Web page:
JMeganSnow

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About JMeganSnow

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  • Birthday 10/26/1979

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  • Location Dayton, OH
  • Interests Science Fiction and Fantasy literature, movies, role-playing games, tissue banking, psychology, art
  1. Okay, but if you want to answer "why didn't Dagny and Eddie hook up?", all the answers are along the lines of: "Eddie didn't consciously realize his love for Dagny until they were parting" and "Dagny thought of him as a piece of office furniture". A work of art is an integrated whole. You can't pull the two characters out of the story and start asking questions about how they might have acted in completely different circumstances; it's an act of speculation akin to trying to figure out what John Galt's favorite breakfast cereal would be. I'm not saying you can't examine their motivations; you CAN, and make all kinds of interesting observations. But you can't conclude that women can't suffer a relationship with a "lesser" man based on the fact that Dagny and Eddie never hooked up. There is no shortcut to learning about people; you have to observe real people. Now, if modern psychology were a real science (overall, I'm not saying there aren't good scientists in the field) instead of a mishmash of science, mysticism, unborn philosophy and (at its worst) vague wishes, you could pick up a few books and learn all sorts of principles about what is/isn't good for your (and others) psychological health/relationships/what-have-you. I personally have learned a lot about how to go about observing people from reading books, but I've also found an incredible amount of nonsense and disinformation. Now, I have a question for you, Mr. Speicher: is your assertion based on the fact that fiction qua fiction opens a doorway into understanding psychology, or that I included Ayn Rand in it? Do you think you can learn about real people by considering the relationships of two characters from Catch 22 or Cryptonomicon or Time Enough For Love? If I'd said you can't necessarily rely on Robert Heinlein to present an accurate picture of the psychology of real people instead of people as he's re-creating them artistically, would you disagree? Ayn Rand's understanding of people is fantastic, and I'm thoroughly an Objectivist, but that doesn't mean that I try to make my relationship with my boyfriend identical to Dagny's with Rearden.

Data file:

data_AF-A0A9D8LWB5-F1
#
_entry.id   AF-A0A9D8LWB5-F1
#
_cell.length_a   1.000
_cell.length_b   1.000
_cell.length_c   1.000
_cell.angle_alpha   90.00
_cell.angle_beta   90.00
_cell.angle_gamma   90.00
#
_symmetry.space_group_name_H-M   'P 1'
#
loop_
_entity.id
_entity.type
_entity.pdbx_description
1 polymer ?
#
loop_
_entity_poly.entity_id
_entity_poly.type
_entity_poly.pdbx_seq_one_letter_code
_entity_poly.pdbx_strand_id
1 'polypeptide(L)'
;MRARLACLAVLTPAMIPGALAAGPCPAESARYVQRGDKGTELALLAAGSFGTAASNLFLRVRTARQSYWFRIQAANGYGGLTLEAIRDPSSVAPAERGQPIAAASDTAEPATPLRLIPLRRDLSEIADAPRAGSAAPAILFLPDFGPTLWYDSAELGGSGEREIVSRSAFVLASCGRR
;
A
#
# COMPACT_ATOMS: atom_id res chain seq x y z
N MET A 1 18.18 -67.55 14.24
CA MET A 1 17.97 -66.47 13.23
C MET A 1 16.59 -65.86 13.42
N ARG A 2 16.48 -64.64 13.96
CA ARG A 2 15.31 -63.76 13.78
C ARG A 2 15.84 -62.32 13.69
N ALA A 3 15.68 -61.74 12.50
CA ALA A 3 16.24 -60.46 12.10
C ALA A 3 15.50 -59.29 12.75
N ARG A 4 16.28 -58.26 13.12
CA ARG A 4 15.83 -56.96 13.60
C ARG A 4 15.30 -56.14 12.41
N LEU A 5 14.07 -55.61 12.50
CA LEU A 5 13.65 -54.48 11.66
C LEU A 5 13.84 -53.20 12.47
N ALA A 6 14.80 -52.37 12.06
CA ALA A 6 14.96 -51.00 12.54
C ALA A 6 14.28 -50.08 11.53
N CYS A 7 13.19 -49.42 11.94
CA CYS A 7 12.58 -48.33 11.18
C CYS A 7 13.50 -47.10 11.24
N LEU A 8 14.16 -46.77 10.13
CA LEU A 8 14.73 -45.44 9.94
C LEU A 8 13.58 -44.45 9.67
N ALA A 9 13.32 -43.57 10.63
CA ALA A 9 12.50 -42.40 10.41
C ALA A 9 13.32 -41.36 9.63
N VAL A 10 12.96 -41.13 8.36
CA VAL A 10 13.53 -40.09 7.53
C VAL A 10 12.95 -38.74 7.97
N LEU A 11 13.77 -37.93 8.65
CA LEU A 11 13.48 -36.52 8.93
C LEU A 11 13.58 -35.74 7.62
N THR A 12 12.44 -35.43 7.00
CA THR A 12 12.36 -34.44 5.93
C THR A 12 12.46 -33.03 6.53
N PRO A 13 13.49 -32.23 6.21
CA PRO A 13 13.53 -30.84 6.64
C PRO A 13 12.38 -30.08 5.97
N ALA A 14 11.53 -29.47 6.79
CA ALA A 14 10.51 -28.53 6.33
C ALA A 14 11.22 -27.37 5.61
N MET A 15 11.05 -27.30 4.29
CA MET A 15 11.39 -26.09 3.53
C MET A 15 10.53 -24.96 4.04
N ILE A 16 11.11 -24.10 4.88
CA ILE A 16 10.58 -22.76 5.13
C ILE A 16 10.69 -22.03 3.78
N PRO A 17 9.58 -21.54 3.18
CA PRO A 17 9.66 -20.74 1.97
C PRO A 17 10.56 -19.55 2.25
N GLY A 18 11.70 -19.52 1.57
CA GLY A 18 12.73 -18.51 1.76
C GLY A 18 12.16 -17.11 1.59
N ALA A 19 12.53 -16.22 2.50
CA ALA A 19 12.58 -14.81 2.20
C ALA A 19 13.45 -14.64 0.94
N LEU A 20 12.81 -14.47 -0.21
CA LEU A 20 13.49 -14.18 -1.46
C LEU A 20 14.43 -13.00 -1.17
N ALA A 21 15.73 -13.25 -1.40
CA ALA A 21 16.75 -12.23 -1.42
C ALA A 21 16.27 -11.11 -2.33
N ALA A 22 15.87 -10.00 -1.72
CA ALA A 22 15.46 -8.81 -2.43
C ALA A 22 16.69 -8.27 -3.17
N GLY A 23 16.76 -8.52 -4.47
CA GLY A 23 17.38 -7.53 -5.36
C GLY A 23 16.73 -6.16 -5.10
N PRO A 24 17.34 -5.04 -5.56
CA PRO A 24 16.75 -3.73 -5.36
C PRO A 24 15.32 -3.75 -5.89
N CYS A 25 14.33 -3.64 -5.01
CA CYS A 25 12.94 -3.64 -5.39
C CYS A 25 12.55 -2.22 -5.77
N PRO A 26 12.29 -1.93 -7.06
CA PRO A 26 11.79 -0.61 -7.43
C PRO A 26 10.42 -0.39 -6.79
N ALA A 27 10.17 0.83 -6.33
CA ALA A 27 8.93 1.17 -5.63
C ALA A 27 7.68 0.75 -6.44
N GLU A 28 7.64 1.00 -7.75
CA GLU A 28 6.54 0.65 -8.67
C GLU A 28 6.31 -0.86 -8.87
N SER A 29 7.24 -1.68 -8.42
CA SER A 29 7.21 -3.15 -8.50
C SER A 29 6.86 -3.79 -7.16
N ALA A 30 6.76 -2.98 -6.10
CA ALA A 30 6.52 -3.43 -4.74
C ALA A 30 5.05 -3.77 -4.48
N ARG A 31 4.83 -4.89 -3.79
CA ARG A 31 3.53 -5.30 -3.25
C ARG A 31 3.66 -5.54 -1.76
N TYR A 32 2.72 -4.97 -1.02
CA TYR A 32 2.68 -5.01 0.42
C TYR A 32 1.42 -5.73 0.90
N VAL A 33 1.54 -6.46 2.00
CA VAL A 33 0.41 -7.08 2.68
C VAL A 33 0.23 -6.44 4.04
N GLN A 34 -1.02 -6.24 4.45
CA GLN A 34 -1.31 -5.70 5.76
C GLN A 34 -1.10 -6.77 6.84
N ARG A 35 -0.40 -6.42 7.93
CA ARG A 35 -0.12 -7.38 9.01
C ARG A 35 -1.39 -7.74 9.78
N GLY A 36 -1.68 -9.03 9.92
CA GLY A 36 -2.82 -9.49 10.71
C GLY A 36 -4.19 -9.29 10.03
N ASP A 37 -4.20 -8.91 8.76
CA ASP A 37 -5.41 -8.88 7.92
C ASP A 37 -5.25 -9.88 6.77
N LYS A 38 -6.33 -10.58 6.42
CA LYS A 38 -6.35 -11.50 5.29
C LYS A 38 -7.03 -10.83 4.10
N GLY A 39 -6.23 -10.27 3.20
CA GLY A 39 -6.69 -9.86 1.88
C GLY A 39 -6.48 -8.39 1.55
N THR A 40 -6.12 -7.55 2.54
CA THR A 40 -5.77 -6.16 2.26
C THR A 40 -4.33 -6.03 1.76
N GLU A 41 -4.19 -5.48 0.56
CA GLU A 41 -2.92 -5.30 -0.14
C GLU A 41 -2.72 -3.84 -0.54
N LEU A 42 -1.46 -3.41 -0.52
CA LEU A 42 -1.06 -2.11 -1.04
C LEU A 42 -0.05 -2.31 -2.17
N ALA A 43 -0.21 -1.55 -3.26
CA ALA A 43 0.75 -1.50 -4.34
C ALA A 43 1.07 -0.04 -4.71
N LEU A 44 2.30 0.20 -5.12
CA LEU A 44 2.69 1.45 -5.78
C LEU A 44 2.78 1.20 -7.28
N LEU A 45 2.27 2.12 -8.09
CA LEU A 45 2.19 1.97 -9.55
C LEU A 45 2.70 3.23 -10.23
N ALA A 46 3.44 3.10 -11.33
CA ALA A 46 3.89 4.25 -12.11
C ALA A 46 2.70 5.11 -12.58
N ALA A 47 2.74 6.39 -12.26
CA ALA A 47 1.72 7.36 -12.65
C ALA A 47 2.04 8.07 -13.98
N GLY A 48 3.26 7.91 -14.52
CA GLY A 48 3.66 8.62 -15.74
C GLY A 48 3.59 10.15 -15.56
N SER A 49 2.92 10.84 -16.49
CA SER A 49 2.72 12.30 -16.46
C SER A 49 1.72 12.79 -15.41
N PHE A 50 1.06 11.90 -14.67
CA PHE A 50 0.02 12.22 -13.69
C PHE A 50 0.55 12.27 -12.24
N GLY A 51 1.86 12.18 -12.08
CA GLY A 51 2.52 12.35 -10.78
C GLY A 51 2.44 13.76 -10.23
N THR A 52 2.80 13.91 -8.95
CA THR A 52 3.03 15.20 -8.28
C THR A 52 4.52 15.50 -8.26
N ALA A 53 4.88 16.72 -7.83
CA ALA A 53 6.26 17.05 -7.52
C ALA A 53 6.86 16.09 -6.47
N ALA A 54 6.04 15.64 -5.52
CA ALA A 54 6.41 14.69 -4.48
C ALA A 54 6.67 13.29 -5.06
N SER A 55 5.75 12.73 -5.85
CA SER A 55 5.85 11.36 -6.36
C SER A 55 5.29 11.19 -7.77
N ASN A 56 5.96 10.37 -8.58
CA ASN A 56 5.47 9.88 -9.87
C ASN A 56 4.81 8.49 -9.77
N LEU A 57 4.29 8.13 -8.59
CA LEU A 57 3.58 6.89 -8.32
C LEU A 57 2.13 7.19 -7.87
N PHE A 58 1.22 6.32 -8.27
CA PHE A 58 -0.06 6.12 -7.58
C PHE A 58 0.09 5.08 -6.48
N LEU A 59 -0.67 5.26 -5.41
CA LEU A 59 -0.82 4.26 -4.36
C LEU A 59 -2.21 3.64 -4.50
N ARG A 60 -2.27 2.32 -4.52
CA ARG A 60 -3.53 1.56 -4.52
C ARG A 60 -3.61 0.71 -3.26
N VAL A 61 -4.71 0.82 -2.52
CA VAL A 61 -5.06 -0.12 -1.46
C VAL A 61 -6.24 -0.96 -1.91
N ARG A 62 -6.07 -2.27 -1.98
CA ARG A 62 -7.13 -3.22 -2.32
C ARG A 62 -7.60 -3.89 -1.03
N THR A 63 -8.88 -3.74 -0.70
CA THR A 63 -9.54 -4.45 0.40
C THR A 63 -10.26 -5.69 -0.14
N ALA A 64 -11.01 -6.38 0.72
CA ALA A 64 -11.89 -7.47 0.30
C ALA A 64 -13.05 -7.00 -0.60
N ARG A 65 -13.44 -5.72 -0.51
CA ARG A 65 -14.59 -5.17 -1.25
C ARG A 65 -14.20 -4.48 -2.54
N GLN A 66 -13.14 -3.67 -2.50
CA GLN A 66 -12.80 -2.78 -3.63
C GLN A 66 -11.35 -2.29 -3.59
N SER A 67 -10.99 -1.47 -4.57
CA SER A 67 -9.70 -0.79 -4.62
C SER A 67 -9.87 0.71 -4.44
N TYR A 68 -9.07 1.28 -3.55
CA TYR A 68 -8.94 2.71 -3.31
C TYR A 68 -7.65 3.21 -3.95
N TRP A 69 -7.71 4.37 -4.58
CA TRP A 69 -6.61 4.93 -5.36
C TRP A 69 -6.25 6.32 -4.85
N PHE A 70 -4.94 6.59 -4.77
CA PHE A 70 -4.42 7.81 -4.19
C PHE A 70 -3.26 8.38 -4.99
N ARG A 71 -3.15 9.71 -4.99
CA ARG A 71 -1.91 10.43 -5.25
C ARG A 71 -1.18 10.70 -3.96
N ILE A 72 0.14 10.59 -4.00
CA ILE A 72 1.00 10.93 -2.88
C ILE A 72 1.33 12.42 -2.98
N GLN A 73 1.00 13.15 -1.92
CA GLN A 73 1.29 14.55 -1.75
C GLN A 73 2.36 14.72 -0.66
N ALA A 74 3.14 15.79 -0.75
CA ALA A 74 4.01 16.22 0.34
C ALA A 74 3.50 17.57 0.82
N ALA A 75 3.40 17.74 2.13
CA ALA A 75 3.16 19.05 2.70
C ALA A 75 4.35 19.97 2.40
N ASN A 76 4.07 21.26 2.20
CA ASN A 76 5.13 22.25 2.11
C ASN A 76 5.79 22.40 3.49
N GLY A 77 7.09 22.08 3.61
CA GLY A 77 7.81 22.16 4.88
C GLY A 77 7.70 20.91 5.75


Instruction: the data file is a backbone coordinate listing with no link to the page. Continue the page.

2. Yes, and you can't eat the image of an apple in a mirror, either. Fiction is not a good source of data for drawing conclusions about real people. At best, it tells you the author's conclusions. You cannot learn anatomy from a statue, you cannot learn optics from a painting, and you cannot learn psychology from a novel. If a man (or woman) looks down on people for being less intelligent that is his (or her) problem, and not some kind of fault inherent in the relationship. You CAN love people that are much less intelligent than you are, but you have to be AWARE that they are independant of you in the intelligence department. No one can think about everything, so if your spouse is independant and uses their mind, they will nonetheless have a great deal to contribute intellectually to the relationship. Active intelligence is an issue for me because I have met any number of people that essentially have nothing to contribute to me intellectually. When I talk to them I have to initiate conversation, pick a topic, and I do almost all of the talking, with their contribution being along the lines of "Wow, you think a lot about this, don't you?" They bore me. The issue between my mother and father is, I think, organizational independance. My dad can be relied-upon only sporadically to interest himself in the day-to-day maintenance tasks of the family and the organization that they require, whereas my mother is compulsively organized about everything. She really does evidence (on occasion) the belief that without her around no one would get fed, or have clean clothes, and the bills would be forgotten. In reality, I think my dad is just more laissez-faire about the particular schedule of tasks, but he does manage to get things done in time, if not ON time. As I said, it is independance that really makes the difference, and not the quantity of any particular trait. The idea is, though, that you have to be completely independant. It's not enough to be everything BUT, say, fiscally independant. You have to be completely capable of running your own life before you can share it with someone else.